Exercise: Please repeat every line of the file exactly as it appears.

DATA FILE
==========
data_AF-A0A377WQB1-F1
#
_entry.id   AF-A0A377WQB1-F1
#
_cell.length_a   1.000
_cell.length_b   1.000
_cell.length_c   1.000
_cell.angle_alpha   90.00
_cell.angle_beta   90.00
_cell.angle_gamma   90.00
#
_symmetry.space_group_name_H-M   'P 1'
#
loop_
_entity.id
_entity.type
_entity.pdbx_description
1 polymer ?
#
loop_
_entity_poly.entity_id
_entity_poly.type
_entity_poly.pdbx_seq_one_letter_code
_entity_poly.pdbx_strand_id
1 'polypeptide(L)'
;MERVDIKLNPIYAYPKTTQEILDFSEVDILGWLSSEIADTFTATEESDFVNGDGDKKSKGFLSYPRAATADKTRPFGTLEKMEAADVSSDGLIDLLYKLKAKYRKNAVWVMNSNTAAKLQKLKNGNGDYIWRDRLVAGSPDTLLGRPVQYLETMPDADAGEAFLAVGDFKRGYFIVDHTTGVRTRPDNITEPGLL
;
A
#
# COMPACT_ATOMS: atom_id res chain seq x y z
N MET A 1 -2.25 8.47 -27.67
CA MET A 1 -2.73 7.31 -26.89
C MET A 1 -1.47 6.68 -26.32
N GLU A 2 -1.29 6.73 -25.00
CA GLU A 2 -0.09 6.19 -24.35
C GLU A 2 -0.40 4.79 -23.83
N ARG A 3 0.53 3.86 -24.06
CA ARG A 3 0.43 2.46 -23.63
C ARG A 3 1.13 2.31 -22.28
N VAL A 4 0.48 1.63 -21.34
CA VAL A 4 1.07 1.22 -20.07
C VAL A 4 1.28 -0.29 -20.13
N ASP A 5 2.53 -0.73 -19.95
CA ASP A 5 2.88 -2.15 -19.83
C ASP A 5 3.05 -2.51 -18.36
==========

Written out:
data_AF-A0A377WQB1-F1
#
_entry.id   AF-A0A377WQB1-F1
#
_cell.length_a   1.000
_cell.length_b   1.000
_cell.length_c   1.000
_cell.angle_alpha   90.00
_cell.angle_beta   90.00
_cell.angle_gamma   90.00
#
_symmetry.space_group_name_H-M   'P 1'
#
loop_
_entity.id
_entity.type
_entity.pdbx_description
1 polymer ?
#
loop_
_entity_poly.entity_id
_entity_poly.type
_entity_poly.pdbx_seq_one_letter_code
_entity_poly.pdbx_strand_id
1 'polypeptide(L)'
;MERVDIKLNPIYAYPKTTQEILDFSEVDILGWLSSEIADTFTATEESDFVNGDGDKKSKGFLSYPRAATADKTRPFGTLEKMEAADVSSDGLIDLLYKLKAKYRKNAVWVMNSNTAAKLQKLKNGNGDYIWRDRLVAGSPDTLLGRPVQYLETMPDADAGEAFLAVGDFKRGYFIVDHTTGVRTRPDNITEPGLL
;
A
#
# COMPACT_ATOMS: atom_id res chain seq x y z
N MET A 1 -2.25 8.47 -27.67
CA MET A 1 -2.73 7.31 -26.89
C MET A 1 -1.47 6.68 -26.32
N GLU A 2 -1.29 6.73 -25.00
CA GLU A 2 -0.09 6.19 -24.35
C GLU A 2 -0.40 4.79 -23.83
N ARG A 3 0.53 3.86 -24.06
CA ARG A 3 0.43 2.46 -23.63
C ARG A 3 1.13 2.31 -22.28
N VAL A 4 0.48 1.63 -21.34
CA VAL A 4 1.07 1.22 -20.07
C VAL A 4 1.28 -0.29 -20.13
N ASP A 5 2.53 -0.73 -19.95
CA ASP A 5 2.88 -2.15 -19.83
C ASP A 5 3.05 -2.51 -18.36